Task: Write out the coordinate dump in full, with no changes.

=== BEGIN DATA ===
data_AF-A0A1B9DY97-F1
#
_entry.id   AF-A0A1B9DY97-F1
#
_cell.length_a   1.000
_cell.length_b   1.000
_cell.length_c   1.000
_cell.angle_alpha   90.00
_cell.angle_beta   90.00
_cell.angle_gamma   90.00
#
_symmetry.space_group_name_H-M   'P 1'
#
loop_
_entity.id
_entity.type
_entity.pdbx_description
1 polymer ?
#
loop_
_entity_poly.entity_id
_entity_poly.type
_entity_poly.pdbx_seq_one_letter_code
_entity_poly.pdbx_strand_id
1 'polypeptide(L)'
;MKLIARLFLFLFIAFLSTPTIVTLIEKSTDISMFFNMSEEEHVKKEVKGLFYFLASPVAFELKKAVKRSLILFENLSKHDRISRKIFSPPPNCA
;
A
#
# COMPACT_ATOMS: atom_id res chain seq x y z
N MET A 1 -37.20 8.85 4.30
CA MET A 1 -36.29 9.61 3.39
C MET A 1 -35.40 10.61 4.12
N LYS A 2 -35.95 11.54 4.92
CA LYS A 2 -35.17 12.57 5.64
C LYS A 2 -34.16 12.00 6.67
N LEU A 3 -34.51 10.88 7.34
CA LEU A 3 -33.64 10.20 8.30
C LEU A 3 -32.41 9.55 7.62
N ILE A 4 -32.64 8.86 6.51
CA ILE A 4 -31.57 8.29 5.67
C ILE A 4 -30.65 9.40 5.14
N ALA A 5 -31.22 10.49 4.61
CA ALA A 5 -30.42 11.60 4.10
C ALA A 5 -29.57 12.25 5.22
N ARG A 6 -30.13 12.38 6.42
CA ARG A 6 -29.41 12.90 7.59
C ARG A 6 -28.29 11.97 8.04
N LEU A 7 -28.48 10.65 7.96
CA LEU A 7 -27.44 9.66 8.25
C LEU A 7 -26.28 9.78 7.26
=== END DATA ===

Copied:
data_AF-A0A1B9DY97-F1
#
_entry.id   AF-A0A1B9DY97-F1
#
_cell.length_a   1.000
_cell.length_b   1.000
_cell.length_c   1.000
_cell.angle_alpha   90.00
_cell.angle_beta   90.00
_cell.angle_gamma   90.00
#
_symmetry.space_group_name_H-M   'P 1'
#
loop_
_entity.id
_entity.type
_entity.pdbx_description
1 polymer ?
#
loop_
_entity_poly.entity_id
_entity_poly.type
_entity_poly.pdbx_seq_one_letter_code
_entity_poly.pdbx_strand_id
1 'polypeptide(L)'
;MKLIARLFLFLFIAFLSTPTIVTLIEKSTDISMFFNMSEEEHVKKEVKGLFYFLASPVAFELKKAVKRSLILFENLSKHDRISRKIFSPPPNCA
;
A
#
# COMPACT_ATOMS: atom_id res chain seq x y z
N MET A 1 -37.20 8.85 4.30
CA MET A 1 -36.29 9.61 3.39
C MET A 1 -35.40 10.61 4.12
N LYS A 2 -35.95 11.54 4.92
CA LYS A 2 -35.17 12.57 5.64
C LYS A 2 -34.16 12.00 6.67
N LEU A 3 -34.51 10.88 7.34
CA LEU A 3 -33.64 10.20 8.30
C LEU A 3 -32.41 9.55 7.62
N ILE A 4 -32.64 8.86 6.51
CA ILE A 4 -31.57 8.29 5.67
C ILE A 4 -30.65 9.40 5.14
N ALA A 5 -31.22 10.49 4.61
CA ALA A 5 -30.42 11.60 4.10
C ALA A 5 -29.57 12.25 5.22
N ARG A 6 -30.13 12.38 6.42
CA ARG A 6 -29.41 12.90 7.59
C ARG A 6 -28.29 11.97 8.04
N LEU A 7 -28.48 10.65 7.96
CA LEU A 7 -27.44 9.66 8.25
C LEU A 7 -26.28 9.78 7.26